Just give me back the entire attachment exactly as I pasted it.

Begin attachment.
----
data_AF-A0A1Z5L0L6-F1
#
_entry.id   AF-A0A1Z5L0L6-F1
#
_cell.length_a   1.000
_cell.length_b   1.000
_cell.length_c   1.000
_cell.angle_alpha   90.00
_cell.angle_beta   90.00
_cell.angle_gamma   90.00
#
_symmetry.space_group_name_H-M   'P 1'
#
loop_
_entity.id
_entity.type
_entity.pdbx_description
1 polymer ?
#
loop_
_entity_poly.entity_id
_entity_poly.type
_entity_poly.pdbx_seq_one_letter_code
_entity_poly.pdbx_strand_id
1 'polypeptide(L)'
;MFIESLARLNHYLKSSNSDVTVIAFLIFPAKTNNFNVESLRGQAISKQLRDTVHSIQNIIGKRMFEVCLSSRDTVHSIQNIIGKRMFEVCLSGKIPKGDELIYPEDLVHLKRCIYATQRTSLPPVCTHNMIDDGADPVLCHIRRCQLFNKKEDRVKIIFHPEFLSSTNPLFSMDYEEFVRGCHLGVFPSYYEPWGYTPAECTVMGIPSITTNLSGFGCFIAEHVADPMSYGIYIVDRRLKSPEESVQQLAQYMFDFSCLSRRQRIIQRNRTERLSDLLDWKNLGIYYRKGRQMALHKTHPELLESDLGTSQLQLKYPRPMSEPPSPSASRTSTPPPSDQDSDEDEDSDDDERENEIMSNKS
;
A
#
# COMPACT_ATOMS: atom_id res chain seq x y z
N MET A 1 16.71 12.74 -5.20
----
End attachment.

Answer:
data_AF-A0A1Z5L0L6-F1
#
_entry.id   AF-A0A1Z5L0L6-F1
#
_cell.length_a   1.000
_cell.length_b   1.000
_cell.length_c   1.000
_cell.angle_alpha   90.00
_cell.angle_beta   90.00
_cell.angle_gamma   90.00
#
_symmetry.space_group_name_H-M   'P 1'
#
loop_
_entity.id
_entity.type
_entity.pdbx_description
1 polymer ?
#
loop_
_entity_poly.entity_id
_entity_poly.type
_entity_poly.pdbx_seq_one_letter_code
_entity_poly.pdbx_strand_id
1 'polypeptide(L)'
;MFIESLARLNHYLKSSNSDVTVIAFLIFPAKTNNFNVESLRGQAISKQLRDTVHSIQNIIGKRMFEVCLSSRDTVHSIQNIIGKRMFEVCLSGKIPKGDELIYPEDLVHLKRCIYATQRTSLPPVCTHNMIDDGADPVLCHIRRCQLFNKKEDRVKIIFHPEFLSSTNPLFSMDYEEFVRGCHLGVFPSYYEPWGYTPAECTVMGIPSITTNLSGFGCFIAEHVADPMSYGIYIVDRRLKSPEESVQQLAQYMFDFSCLSRRQRIIQRNRTERLSDLLDWKNLGIYYRKGRQMALHKTHPELLESDLGTSQLQLKYPRPMSEPPSPSASRTSTPPPSDQDSDEDEDSDDDERENEIMSNKS
;
A
#
# COMPACT_ATOMS: atom_id res chain seq x y z
N MET A 1 16.71 12.74 -5.20